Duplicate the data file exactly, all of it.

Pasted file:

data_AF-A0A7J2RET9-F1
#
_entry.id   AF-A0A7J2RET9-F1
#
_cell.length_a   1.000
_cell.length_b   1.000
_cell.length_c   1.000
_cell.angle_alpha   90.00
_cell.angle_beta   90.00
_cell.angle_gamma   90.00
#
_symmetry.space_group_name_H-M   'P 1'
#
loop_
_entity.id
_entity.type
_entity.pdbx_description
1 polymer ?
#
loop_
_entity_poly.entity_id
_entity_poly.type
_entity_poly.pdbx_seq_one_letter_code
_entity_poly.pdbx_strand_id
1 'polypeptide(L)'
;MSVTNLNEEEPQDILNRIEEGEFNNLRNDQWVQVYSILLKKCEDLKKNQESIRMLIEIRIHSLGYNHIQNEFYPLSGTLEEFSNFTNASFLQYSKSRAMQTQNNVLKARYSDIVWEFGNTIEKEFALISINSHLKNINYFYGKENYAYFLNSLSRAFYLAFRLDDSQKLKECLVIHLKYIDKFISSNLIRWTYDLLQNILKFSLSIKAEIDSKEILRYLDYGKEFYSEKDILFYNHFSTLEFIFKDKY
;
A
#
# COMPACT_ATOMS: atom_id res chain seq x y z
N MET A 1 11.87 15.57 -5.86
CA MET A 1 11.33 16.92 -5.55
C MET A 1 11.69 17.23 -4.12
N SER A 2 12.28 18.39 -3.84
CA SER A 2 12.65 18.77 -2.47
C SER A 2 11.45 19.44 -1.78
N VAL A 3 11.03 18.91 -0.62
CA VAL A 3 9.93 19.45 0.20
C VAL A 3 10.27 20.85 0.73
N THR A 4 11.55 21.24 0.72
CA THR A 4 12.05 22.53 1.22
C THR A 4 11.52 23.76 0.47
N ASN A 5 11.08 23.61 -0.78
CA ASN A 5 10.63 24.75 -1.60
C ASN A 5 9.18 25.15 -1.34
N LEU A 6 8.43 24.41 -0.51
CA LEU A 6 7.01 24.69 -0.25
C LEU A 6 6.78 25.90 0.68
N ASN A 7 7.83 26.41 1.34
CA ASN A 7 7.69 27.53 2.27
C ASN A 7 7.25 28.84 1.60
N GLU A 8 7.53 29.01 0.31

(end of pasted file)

data_AF-A0A7J2RET9-F1
#
_entry.id   AF-A0A7J2RET9-F1
#
_cell.length_a   1.000
_cell.length_b   1.000
_cell.length_c   1.000
_cell.angle_alpha   90.00
_cell.angle_beta   90.00
_cell.angle_gamma   90.00
#
_symmetry.space_group_name_H-M   'P 1'
#
loop_
_entity.id
_entity.type
_entity.pdbx_description
1 polymer ?
#
loop_
_entity_poly.entity_id
_entity_poly.type
_entity_poly.pdbx_seq_one_letter_code
_entity_poly.pdbx_strand_id
1 'polypeptide(L)'
;MSVTNLNEEEPQDILNRIEEGEFNNLRNDQWVQVYSILLKKCEDLKKNQESIRMLIEIRIHSLGYNHIQNEFYPLSGTLEEFSNFTNASFLQYSKSRAMQTQNNVLKARYSDIVWEFGNTIEKEFALISINSHLKNINYFYGKENYAYFLNSLSRAFYLAFRLDDSQKLKECLVIHLKYIDKFISSNLIRWTYDLLQNILKFSLSIKAEIDSKEILRYLDYGKEFYSEKDILFYNHFSTLEFIFKDKY
;
A
#
# COMPACT_ATOMS: atom_id res chain seq x y z
N MET A 1 11.87 15.57 -5.86
CA MET A 1 11.33 16.92 -5.55
C MET A 1 11.69 17.23 -4.12
N SER A 2 12.28 18.39 -3.84
CA SER A 2 12.65 18.77 -2.47
C SER A 2 11.45 19.44 -1.78
N VAL A 3 11.03 18.91 -0.62
CA VAL A 3 9.93 19.45 0.20
C VAL A 3 10.27 20.85 0.73
N THR A 4 11.55 21.24 0.72
CA THR A 4 12.05 22.53 1.22
C THR A 4 11.52 23.76 0.47
N ASN A 5 11.08 23.61 -0.78
CA ASN A 5 10.63 24.75 -1.60
C ASN A 5 9.18 25.15 -1.34
N LEU A 6 8.43 24.41 -0.51
CA LEU A 6 7.01 24.69 -0.25
C LEU A 6 6.78 25.90 0.68
N ASN A 7 7.83 26.41 1.34
CA ASN A 7 7.69 27.53 2.27
C ASN A 7 7.25 28.84 1.60
N GLU A 8 7.53 29.01 0.31